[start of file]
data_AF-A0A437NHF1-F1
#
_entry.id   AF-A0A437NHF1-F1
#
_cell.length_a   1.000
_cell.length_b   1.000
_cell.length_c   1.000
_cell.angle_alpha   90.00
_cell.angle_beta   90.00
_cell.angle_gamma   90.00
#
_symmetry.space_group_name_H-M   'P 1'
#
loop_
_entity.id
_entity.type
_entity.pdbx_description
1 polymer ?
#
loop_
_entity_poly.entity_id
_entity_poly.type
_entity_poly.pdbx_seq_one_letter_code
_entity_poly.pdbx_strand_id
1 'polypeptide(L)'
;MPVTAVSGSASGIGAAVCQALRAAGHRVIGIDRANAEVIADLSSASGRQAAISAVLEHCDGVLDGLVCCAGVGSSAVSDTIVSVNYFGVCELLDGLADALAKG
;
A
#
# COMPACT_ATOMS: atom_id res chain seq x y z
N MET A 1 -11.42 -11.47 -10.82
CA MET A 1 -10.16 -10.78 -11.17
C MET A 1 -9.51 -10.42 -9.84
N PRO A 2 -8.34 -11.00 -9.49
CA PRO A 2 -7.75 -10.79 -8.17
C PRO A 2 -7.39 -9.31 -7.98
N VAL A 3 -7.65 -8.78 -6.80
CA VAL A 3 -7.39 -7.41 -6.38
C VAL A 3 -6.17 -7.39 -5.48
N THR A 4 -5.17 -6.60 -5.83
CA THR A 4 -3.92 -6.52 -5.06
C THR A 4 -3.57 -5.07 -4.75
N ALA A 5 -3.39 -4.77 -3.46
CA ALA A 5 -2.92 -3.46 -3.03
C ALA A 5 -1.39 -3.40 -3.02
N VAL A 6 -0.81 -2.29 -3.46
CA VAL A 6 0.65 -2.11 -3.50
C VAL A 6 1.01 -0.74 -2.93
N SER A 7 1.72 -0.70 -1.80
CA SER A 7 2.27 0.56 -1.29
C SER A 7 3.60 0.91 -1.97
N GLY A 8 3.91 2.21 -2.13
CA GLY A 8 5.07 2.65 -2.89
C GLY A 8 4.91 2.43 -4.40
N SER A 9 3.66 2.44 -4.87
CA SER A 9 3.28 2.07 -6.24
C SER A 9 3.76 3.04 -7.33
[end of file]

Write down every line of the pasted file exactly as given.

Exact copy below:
data_AF-A0A437NHF1-F1
#
_entry.id   AF-A0A437NHF1-F1
#
_cell.length_a   1.000
_cell.length_b   1.000
_cell.length_c   1.000
_cell.angle_alpha   90.00
_cell.angle_beta   90.00
_cell.angle_gamma   90.00
#
_symmetry.space_group_name_H-M   'P 1'
#
loop_
_entity.id
_entity.type
_entity.pdbx_description
1 polymer ?
#
loop_
_entity_poly.entity_id
_entity_poly.type
_entity_poly.pdbx_seq_one_letter_code
_entity_poly.pdbx_strand_id
1 'polypeptide(L)'
;MPVTAVSGSASGIGAAVCQALRAAGHRVIGIDRANAEVIADLSSASGRQAAISAVLEHCDGVLDGLVCCAGVGSSAVSDTIVSVNYFGVCELLDGLADALAKG
;
A
#
# COMPACT_ATOMS: atom_id res chain seq x y z
N MET A 1 -11.42 -11.47 -10.82
CA MET A 1 -10.16 -10.78 -11.17
C MET A 1 -9.51 -10.42 -9.84
N PRO A 2 -8.34 -11.00 -9.49
CA PRO A 2 -7.75 -10.79 -8.17
C PRO A 2 -7.39 -9.31 -7.98
N VAL A 3 -7.65 -8.78 -6.80
CA VAL A 3 -7.39 -7.41 -6.38
C VAL A 3 -6.17 -7.39 -5.48
N THR A 4 -5.17 -6.60 -5.83
CA THR A 4 -3.92 -6.52 -5.06
C THR A 4 -3.57 -5.07 -4.75
N ALA A 5 -3.39 -4.77 -3.46
CA ALA A 5 -2.92 -3.46 -3.03
C ALA A 5 -1.39 -3.40 -3.02
N VAL A 6 -0.81 -2.29 -3.46
CA VAL A 6 0.65 -2.11 -3.50
C VAL A 6 1.01 -0.74 -2.93
N SER A 7 1.72 -0.70 -1.80
CA SER A 7 2.27 0.56 -1.29
C SER A 7 3.60 0.91 -1.97
N GLY A 8 3.91 2.21 -2.13
CA GLY A 8 5.07 2.65 -2.89
C GLY A 8 4.91 2.43 -4.40
N SER A 9 3.66 2.44 -4.87
CA SER A 9 3.28 2.07 -6.24
C SER A 9 3.76 3.04 -7.33